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Posted by on Feb 11, 2009 in Places To Go, Stories, West Coast | 0 comments

48 Hours In Seattle


A sure sign of your advancing age is when all of your friends start to get married. If you’re like me, your fridge is consistently adorned with at least one save the date card. And if your friends are like mine, none of them will get married anywhere close to home. Destination wedding, cross-country move, grandma’s hometown….whatever the excuse, you find yourself shelling out unbudgeted funds for plane tickets and hotel rooms. But when you love your buddies, and the destination is Seattle, you have no choice but to pack your bags and go.

stevevoght

Day 1

And so it happened that I spent just 48 hours in the Emerald City. Truthfully I was there a little longer, but subtract time involved with nuptial activities and an afternoon sacrificed to the evil god of hangovers, and two days was all I had left to play with.

I began the first day by exploring some of Seattle’s best known neighborhoods. Just northwest of the city center is Fremont, an eclectic collection of quirky shops and ethnic restaurants. After taking in the gorgeous views of the harbor, I hunted down the giant troll statue under the Aurora Avenue Bridge. Bizarre, but worth a look.

Also worth checking out is nearby Ballard. This waterfront community boasts a strong sense of Scandinavian heritage and enough bars and restaurants to keep you busy for days. What attracted me, however, was the Ballard Locks. Here I watched sailboats and motor yachts navigating the canal system that connects Puget Sound with Lake Washington and beyond. Through the glass panels of the “fish ladder”, I also witnessed determined salmon in their endless upstream quest to migrate. Scenic, educational, and best of all, free.

Trip Tip: Both Fremont and Ballard are accessible by the city’s Metro Bus Service. Navigation is easy, rides are cheap, and a designated portion of downtown is completely free.

 

Day 2

My day two meanderings led me to beautiful and historic Pioneer Square. To stroll here is to step back in time to the gold rush era. Shady trees line streets occupied by turn-of-the century buildings, one of which still advertises hotel rooms for 75 cents a night. The picturesque central park reveals an authentic totem pole from the Tlingit group of indigenous Alaskans.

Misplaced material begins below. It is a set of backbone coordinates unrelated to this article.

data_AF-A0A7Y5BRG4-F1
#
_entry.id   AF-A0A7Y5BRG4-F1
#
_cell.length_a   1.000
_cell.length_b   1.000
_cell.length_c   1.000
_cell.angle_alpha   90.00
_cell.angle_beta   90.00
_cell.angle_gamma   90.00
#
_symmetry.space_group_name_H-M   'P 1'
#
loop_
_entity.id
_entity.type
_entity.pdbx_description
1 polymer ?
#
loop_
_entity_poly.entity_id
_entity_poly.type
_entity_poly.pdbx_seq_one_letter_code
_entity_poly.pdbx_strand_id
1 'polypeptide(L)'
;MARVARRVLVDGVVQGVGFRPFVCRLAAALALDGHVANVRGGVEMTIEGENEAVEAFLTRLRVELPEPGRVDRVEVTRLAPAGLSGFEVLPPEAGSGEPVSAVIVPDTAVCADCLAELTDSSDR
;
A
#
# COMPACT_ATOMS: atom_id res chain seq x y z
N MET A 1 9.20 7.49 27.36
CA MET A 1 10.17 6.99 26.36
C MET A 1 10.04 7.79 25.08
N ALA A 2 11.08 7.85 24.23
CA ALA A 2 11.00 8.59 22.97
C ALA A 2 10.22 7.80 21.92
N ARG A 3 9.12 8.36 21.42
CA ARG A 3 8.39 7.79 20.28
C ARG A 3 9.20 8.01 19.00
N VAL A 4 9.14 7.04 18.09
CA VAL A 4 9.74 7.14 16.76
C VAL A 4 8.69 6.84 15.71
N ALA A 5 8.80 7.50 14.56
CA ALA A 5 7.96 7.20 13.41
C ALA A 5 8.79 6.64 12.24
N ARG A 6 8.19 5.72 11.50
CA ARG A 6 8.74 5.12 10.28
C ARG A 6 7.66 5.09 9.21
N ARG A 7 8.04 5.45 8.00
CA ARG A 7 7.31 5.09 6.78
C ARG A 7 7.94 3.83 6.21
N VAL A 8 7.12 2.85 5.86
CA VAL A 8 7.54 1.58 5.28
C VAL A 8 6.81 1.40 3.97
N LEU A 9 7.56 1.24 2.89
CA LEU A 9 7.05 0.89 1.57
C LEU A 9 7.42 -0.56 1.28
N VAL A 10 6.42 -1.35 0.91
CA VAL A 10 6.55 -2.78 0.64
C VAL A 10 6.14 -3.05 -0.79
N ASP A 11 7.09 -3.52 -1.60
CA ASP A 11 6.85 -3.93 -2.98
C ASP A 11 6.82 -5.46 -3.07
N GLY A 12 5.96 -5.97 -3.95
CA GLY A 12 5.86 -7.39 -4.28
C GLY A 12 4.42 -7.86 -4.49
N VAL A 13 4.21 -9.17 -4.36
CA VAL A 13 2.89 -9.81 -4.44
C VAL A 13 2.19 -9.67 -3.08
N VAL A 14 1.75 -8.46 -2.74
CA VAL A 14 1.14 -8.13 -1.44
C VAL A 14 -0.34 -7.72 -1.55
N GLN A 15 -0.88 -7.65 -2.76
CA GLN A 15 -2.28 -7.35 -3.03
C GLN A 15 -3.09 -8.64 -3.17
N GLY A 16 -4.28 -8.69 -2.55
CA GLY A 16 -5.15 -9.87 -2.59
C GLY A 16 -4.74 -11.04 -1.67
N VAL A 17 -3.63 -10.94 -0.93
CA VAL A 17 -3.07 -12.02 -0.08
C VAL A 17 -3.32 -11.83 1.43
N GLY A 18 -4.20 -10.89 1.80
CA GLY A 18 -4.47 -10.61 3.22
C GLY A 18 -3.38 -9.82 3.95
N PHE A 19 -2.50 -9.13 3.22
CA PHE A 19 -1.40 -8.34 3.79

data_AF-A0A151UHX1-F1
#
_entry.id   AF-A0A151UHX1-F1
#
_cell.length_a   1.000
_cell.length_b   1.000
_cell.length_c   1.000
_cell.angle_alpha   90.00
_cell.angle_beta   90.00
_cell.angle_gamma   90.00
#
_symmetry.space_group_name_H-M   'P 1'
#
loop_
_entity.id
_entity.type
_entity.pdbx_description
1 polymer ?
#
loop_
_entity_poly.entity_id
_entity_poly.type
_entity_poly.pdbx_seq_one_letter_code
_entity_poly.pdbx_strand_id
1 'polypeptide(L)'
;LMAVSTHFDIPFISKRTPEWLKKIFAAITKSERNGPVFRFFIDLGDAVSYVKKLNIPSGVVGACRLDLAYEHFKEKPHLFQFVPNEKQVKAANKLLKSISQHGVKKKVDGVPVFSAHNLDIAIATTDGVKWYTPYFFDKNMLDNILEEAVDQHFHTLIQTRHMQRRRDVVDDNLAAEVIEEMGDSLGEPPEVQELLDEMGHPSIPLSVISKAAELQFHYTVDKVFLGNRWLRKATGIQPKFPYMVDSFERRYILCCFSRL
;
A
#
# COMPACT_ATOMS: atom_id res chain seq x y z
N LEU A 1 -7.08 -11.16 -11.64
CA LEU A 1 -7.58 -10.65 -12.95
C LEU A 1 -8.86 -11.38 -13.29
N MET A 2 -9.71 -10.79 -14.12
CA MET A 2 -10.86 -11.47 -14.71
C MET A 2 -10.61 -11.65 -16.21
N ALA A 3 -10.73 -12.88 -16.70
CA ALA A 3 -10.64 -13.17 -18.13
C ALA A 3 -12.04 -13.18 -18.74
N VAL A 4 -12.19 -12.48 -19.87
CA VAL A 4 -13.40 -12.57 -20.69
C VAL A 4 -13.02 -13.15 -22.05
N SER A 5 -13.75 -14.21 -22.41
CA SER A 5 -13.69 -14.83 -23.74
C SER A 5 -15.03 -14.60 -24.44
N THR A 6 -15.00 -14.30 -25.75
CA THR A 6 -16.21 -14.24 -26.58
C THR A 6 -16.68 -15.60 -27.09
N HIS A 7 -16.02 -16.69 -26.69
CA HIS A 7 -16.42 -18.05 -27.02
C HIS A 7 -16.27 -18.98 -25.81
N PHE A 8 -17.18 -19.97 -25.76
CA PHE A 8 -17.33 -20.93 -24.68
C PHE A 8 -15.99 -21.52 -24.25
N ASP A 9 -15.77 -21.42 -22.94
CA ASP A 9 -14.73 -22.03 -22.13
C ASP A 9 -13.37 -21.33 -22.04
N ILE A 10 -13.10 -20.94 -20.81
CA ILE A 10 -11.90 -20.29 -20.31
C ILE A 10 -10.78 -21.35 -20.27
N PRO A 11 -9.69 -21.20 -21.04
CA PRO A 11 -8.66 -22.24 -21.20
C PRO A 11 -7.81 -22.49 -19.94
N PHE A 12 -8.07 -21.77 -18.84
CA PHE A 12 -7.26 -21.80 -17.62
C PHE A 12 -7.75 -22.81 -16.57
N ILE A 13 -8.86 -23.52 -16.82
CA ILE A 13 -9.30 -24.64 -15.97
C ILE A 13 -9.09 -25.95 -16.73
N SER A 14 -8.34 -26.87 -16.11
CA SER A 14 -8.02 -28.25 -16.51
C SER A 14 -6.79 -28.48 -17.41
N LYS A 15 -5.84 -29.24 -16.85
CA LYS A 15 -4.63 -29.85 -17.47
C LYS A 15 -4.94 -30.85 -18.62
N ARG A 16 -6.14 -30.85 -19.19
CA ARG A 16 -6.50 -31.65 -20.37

This is the heart of Seattle, where it all began, and the Underground Tour brings the city’s history to life in an unforgettable way. By literally descending underground, you are guided through the submerged remains of the original city destroyed by the Great Fire of 1889. I was fascinated by how little I knew of this notable event and was happy to hand over the $15 admission fee.

Trip Tip: Always ask about student discounts. The Underground Tour is $12 with a valid college I.D.

 

Juicy. Fresh. Market.eightylbs

No trip to Seattle would be complete without a visit to the world famous Pike’s Place Market. Fresh local produce, vibrant flowers, and a variety of souvenirs entice from a seemingly endless maze of crowded stalls. After a cup of hot coffee and the juiciest peach I’ve ever tasted, I took in the entertainment of the market’s comedic, bait-tossing fishmongers. A fabulous way to spend a crisp fall morning.

 

Needle? No, Thanks.

Finally, with my departure time drawing ever nearer, I made the executive decision to skip the Space Needle. It wasn’t easy for me to snub the most iconic structure in the city, but a $16 elevator ride seemed hard to stomach. Besides, I’m a Florida girl and need to be out on the water. Luckily for me, the ferry crossing to Bainbridge offers spectacular views of Mt. Ranier and a charming island destination, for roughly the price of a ham sandwich. You truly can’t beat that.

Trip Tip: Stay a few hours on Bainbridge Island. Have lunch at the Harbour Public House and taste the locally grown wine at Eleven Wineries.

 

“I Hate Goodbye’s!”

Alas, as in a sad movie, it was time to bid farewell. There are few places where just 48 hours will suffice, and in Seattle it was just enough to whet my appetite. But the ultimate upside to having my friends marry off and move away is that I will always have a great excuse to go back, and maybe even an old fold-out couch to sleep on.

Here’s to hoping the next invitation contains the words “Bora Bora”.

By Allison Savage 

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